Moral Injury and Religiosity in US Veterans with Post-traumatic Stress Disorder Symptoms


This paper highlights the results from a cross-sectional study which examined the association between religious involvement and moral injury, and the effects of PTSD severity.


Moral injury (MI) involves feelings of shame, grief, meaninglessness, and remorse from having violated core moral beliefs related to traumatic experiences. This multisite cross-sectional study examined the association between religious involvement (RI) and MI symptoms, mediators of the relationship, and the modifying effects of posttraumatic stress disorder (PTSD) severity in 373 US veterans with PTSD symptoms who served in a combat theater. Assessed were demographic, military, religious, physical, social, behavioral, and psychological characteristics using standard measures of RI, MI symptoms, PTSD, depression, and anxiety. MI was widespread, with over 90% reporting high levels of at least one MI symptom and the majority reporting at least five symptoms or more. In the overall sample, religiosity was inversely related to MI in bivariate analyses and multivariate analyses; however, this relationship was present only among veterans with severe PTSD . These findings have relevance for the care of veterans with PTSD.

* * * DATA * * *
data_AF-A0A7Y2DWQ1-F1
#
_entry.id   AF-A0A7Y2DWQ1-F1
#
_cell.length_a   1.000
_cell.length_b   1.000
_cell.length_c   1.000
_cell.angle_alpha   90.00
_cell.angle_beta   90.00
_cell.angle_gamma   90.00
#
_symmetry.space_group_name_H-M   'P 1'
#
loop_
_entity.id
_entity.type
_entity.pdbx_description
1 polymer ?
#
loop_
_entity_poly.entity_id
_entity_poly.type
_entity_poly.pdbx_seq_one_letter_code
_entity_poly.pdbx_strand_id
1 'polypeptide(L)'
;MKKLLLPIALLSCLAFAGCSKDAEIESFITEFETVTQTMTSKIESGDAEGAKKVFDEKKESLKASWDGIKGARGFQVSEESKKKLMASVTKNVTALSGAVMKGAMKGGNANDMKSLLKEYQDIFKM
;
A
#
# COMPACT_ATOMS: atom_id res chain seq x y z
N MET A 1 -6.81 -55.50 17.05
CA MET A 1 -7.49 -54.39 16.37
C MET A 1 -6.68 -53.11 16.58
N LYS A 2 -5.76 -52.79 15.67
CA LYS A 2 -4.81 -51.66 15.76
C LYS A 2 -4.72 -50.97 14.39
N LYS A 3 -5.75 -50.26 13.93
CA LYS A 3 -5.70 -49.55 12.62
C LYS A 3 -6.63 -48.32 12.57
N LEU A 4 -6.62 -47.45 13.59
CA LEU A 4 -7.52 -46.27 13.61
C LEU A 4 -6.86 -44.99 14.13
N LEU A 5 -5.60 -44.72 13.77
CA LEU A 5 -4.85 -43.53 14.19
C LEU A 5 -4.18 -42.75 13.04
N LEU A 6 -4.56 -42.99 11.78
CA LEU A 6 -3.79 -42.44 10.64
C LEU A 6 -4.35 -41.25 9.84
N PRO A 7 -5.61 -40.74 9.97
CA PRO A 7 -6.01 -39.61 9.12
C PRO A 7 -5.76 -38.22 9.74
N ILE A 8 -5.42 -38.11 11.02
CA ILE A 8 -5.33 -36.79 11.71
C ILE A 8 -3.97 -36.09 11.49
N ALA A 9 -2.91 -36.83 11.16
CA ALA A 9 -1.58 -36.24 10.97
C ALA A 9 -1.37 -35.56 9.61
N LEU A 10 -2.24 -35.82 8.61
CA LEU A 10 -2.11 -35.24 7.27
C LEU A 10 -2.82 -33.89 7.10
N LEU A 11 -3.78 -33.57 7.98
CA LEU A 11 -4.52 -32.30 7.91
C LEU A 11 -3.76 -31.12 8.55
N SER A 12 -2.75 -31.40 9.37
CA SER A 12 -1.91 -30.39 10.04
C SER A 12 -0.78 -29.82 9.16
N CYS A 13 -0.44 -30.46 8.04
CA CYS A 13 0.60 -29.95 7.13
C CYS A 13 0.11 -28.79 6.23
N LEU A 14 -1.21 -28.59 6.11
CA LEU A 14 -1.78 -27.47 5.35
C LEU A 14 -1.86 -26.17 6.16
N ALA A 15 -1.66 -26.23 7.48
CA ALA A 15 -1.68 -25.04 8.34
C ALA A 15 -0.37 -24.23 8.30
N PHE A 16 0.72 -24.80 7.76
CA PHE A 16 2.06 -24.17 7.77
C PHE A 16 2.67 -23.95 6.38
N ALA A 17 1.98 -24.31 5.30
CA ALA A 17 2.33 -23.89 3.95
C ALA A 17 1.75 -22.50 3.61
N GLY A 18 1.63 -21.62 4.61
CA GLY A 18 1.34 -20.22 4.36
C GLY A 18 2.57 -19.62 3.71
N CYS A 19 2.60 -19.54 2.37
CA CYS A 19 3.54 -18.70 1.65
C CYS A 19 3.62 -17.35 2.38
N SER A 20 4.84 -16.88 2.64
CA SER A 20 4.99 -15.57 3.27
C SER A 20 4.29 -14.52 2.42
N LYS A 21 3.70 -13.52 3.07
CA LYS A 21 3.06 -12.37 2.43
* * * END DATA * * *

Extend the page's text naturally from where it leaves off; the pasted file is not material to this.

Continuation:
Full Reference

Koenig, Harold G. ; Youssef, Nagy A. ; Ames, Donna ; Oliver, John P. ; Teng, Ellen J. ; Haynes, Kerry ; Erickson, Zachary D. ; Arnold, Irina ; Currier, Joseph M. ; O'Garo, Keisha ; Pearce, Michelle. (2018). Moral Injury and Religiosity in US Veterans With Posttraumatic Stress Disorder Symptoms. Journal of Nervous and Mental Disease. Vol: 206 (5), p.325-331.